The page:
1) It looks like it from visual and written description
2) I found it as an intertwined hitch hiker amongst a zoa colony from Indonesia


Maybe it will. It really depends upon whether or not something is actually limiting. In my circumstances, I don't think that was an issue. Temp, light, carbon availability, N, P, K, and Fe were all accounted for to the best of my knowledge and testing prior to using the tabs.

#39
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Mineral mud or Miracle mud?

I'm hoping sometime this spring or summer to get some more sea grasses and start seriously cultivating them. Starting to think about taking out 2 inches of oolithic sand and replacing it with mud. So basically I'm hoping to have 2 inches mud covered by 3 to 4 inches of oolithic sand. But which one? There's so much cynicism out there written about both that I'm not sure which to buy! I was initially thinking of miracle mud but I recently read that it's made of 60% MINED (from terrestrial sources) quartz! Geez that really doesn't sound too much like 'natural' sea bed material that they claimed.

Anyhow, just wondering if anyone would have experience growing sea grasses in any of the so-called mud products being sold.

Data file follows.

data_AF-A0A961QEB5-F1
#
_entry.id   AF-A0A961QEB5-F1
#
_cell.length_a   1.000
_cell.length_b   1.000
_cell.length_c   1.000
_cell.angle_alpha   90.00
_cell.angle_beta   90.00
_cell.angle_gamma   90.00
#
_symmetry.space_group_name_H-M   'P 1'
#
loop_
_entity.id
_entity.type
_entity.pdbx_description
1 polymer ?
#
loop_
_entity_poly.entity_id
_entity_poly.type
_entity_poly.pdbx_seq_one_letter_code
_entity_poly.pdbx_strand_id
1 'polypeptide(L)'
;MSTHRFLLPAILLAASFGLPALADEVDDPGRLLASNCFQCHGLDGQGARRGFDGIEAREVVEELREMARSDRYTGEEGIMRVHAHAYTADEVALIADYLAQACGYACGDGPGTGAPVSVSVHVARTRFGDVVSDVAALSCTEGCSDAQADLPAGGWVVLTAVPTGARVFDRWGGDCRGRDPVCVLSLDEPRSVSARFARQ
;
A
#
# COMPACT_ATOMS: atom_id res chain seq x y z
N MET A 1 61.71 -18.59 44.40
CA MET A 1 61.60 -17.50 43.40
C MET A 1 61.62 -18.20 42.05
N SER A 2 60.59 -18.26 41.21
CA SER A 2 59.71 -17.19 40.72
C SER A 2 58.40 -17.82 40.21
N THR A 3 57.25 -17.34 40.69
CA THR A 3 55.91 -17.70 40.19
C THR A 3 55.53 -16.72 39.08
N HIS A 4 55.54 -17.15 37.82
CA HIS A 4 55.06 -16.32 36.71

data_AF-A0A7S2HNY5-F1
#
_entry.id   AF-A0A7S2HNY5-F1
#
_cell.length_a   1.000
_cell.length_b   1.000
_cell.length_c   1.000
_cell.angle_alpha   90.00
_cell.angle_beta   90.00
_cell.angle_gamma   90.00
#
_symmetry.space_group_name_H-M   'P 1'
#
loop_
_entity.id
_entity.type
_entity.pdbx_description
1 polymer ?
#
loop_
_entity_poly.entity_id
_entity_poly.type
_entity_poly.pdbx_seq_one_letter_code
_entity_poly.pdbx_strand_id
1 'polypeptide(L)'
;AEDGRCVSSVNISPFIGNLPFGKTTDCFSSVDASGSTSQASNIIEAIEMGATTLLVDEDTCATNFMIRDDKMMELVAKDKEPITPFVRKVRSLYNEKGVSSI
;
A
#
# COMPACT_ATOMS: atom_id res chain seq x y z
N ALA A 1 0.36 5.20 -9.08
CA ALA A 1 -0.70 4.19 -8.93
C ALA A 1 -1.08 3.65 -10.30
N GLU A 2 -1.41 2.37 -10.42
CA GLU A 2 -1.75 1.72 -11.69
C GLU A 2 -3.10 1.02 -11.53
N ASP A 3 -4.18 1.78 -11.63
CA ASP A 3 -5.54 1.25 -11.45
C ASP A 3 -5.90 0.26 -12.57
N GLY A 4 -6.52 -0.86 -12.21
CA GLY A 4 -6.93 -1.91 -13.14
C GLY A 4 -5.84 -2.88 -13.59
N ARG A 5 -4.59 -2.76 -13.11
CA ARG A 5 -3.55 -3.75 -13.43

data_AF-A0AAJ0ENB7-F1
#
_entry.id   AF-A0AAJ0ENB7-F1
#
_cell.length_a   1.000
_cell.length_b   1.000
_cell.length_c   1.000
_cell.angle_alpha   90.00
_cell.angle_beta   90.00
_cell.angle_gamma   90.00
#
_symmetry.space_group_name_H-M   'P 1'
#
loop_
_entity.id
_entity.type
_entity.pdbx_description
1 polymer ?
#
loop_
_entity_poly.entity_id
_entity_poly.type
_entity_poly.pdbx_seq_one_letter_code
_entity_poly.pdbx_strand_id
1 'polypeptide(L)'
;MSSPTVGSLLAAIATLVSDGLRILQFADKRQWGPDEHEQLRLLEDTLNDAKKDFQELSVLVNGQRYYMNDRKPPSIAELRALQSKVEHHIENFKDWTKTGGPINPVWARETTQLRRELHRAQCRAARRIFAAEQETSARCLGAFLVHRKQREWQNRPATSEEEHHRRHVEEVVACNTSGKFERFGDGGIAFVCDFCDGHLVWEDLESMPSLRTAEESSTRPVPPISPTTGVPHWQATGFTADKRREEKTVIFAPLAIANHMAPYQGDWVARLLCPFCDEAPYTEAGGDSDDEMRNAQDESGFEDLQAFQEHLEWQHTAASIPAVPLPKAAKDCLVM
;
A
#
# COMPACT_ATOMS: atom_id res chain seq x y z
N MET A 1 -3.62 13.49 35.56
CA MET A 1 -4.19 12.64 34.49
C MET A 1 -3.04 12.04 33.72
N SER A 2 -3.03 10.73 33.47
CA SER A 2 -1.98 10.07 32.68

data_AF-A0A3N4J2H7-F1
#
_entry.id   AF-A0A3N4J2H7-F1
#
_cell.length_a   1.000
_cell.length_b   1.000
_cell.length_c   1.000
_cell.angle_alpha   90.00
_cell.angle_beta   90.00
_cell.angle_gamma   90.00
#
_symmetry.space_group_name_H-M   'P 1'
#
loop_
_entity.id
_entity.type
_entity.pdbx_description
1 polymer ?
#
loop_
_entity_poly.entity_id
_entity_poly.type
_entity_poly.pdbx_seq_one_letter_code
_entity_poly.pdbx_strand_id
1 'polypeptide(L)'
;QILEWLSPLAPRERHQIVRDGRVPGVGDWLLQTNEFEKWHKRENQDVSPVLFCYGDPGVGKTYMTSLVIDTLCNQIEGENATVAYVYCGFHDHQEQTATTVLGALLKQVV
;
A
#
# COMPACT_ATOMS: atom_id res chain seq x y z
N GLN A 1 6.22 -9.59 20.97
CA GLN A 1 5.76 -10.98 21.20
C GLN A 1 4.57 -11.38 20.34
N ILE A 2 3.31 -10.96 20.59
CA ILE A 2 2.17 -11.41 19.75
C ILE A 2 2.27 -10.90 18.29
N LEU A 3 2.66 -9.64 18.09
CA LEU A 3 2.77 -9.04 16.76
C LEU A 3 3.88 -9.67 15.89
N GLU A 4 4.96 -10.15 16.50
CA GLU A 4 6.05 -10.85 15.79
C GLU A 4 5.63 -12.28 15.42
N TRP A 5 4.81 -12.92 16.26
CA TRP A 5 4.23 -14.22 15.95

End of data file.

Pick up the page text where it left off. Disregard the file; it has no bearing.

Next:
It'd be great if someone like John from reefcleaners chimmed in (hint, hint). ;)

Thanks in advanced!

Edited by RESONANCE, 24 March 2011 - 06:43 PM.

...trolling Atlantis and I still have my hands on the wheel...


#40
seabass

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Mineral mud or Miracle mud?

Good subject, I hope others chime in too.

I've used Mineral Mud before, but wouldn't recommend it for seagrass. I'm currently using Fiji Mud. I'm having better luck this time around (although I've made a lot of other changes besides the type of mud). FWIW, I'm more impressed with the Fiji Mud.

Edited by seabass, 24 March 2011 - 06:58 PM.

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#41
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Do you notice faster growth rates in seagrasses and macros with fijimud? Why are you more impressed with it?

Edit: I forgot to ask, with Fijimud, did you find the product was dry, wet or damp? On Fosters and Smith's website, it shows the 12lbs can was filled with 'wet' mud while the 24 oz can of mud looked 'damp'.

Thanks.

Edited by RESONANCE, 24 March 2011 - 09:22 PM.

...trolling Atlantis and I still have my hands on the wheel...


#42
seabass

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It's so hard to say without a controlled experiment. There are just so many factors that could come into play. I mixed in a couple of the smaller jars into the substrate.
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It was like modeling clay (I guess 'damp' but not wet).

When I used Mineral Mud, I wondered if it would do anything (still kind of feel that way).
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#43